Medical Ethics The Tuskegee Syphilis Experiment Katherine McLoone, Ph.D. Department of Comparative World Literature and Classics California State University

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  • Medical EthicsThe Tuskegee Syphilis ExperimentKatherine McLoone, Ph.D.Department of Comparative World Literature and ClassicsCalifornia State University Long Beach

  • Ethics and the BodyIntroduction

  • Medical EthicsIn this section we will examine the difficult intersections of ethics, empathy, and the demands of the healthcare systems on participants. Our readings on The Tuskegee Experiment will examine its historical and social context, as well as corresponding situations in American public health (i.e., the 1950s Bowery Study), in order to develop an understanding of the ethics of medicine, public health, and patient rights.

  • Questions to Think AboutWhat is the relationship between language and truth?How does literature both reveal and conceal truth?Which gives us a greater understanding of a topic: fiction or non-fiction?Which gives us a greater understanding of ourselves: fiction or non-fiction?

  • Questions to Think AboutHow is power conceptualized in medical relationships?How do individuals relate to power structures?How might we deal with being diagnosed or labeledand can we reject, alter, or amend those diagnoses or labels?How does privilegesocial, economic, racial, gender, ableistcomplicate notions of rights and responsibilities of patients?

  • Tuskegee Syphilis ExperimentPart I: The Context of the Experiment

  • Tuskegee, Alabama399 poor African-American men with syphilis studied from 1932-1972 (control group: 201 men without) Post-1940s, penicillin introducedMen not given penicillinPost-1947, Nuremburg CodeExperiment did not adhere to Nuremburg Code1997: The US apologized.

  • Tuskegee Research AbuseStudy deceived patients into the reason for the inquiry, or even that an inquiry was occurringit was billed as free treatment for bad blood.It exploited known social vulnerability.It willfully attempted to deny subjects access to appropriate medical care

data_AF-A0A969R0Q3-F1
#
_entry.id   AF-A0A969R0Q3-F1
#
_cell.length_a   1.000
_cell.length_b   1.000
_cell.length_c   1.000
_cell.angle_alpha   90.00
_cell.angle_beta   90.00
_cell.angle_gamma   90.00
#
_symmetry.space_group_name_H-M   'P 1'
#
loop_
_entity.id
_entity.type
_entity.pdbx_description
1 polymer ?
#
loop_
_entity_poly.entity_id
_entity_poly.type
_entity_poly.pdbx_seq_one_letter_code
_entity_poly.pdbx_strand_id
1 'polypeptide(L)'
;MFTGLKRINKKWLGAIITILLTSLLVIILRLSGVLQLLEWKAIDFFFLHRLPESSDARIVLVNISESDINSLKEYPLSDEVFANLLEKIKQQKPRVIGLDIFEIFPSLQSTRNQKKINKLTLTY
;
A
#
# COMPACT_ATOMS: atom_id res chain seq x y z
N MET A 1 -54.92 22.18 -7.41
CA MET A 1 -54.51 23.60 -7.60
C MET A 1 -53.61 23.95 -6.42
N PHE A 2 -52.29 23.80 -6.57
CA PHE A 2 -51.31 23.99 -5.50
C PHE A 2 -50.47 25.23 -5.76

• Tuskegee Research BenefitsStudy was not racist in the beginningPatients did receive some monetary benefit

  • QuestionsDo the benefits outweigh the abuses in this trial? Why or why not?How does Feldshuh portray the benefits and abuses of this trial in Miss Evers Boys? Do they change over the course of the play?What is the significance of the certificate in Miss Evers Boys?

  • 1950s Bowery StudyPopulation: 1200 Skid Row residents with and without prostate cancerProcedure: cutting out part of the prostate for biopsyTreatment: surgical removal of prostate, surgical and chemical castration, estrogenResults: rectal lacerations, impotence, diminished sexual function

  • 1946-48US government infected patients in a mental institution with syphilis and gonorrhea, sometimes withholding treatment.

  • Tuskegee Syphilis ExperimentPart II: Responses to Patient/Subject Abuse

  • 1997 Apology by Pres. ClintonWhat was done cannot be undone. But we can end the silence. We can stop turning our heads away. We can look at you in the eye and finally say on behalf of the American people, what the United States government did was shameful, and I am sorry ... To our African American citizens, I am sorry that your federal government orchestrated a study so clearly racist.

  • Nuremberg CodePost-WWII medical code of ethics meant to avoid evil Nazi-like actions in the future.

    Closely read the selections from the Nuremberg Code on the following slides. How does the Tuskegee Syphilis Experiment fit into this code? Does it violate the code?

  • Nuremburg Code 1. The voluntary consent of the human subject is absolutely essential. This means that the person involved should have legal capacity to give consent; should be so situated as to be able to exercise free power of choice, without the intervention of any element of force, fraud, deceit, duress, over-reaching, or other ulterior form of constraint or coercion; and should have sufficient knowledge and comprehension of the elements of the subject matter involved as to enable him/her to make an understanding and enlightened decision. This latter element requires that before the acceptance of an affirmative decision by the experimental subject there should be made known to him the nature, duration, and purpose of the experiment; the method and means by which it is to be conducted; all inconveniences and hazards reasonable to be expected; and the effects upon his health or person which may possibly come from his participation in the experiment. The duty and responsibility for ascertaining the quality of the consent rests upon each individual who initiates, directs or engages in the experiment. It is a personal duty and responsibility which may not be delegated to another with impunity.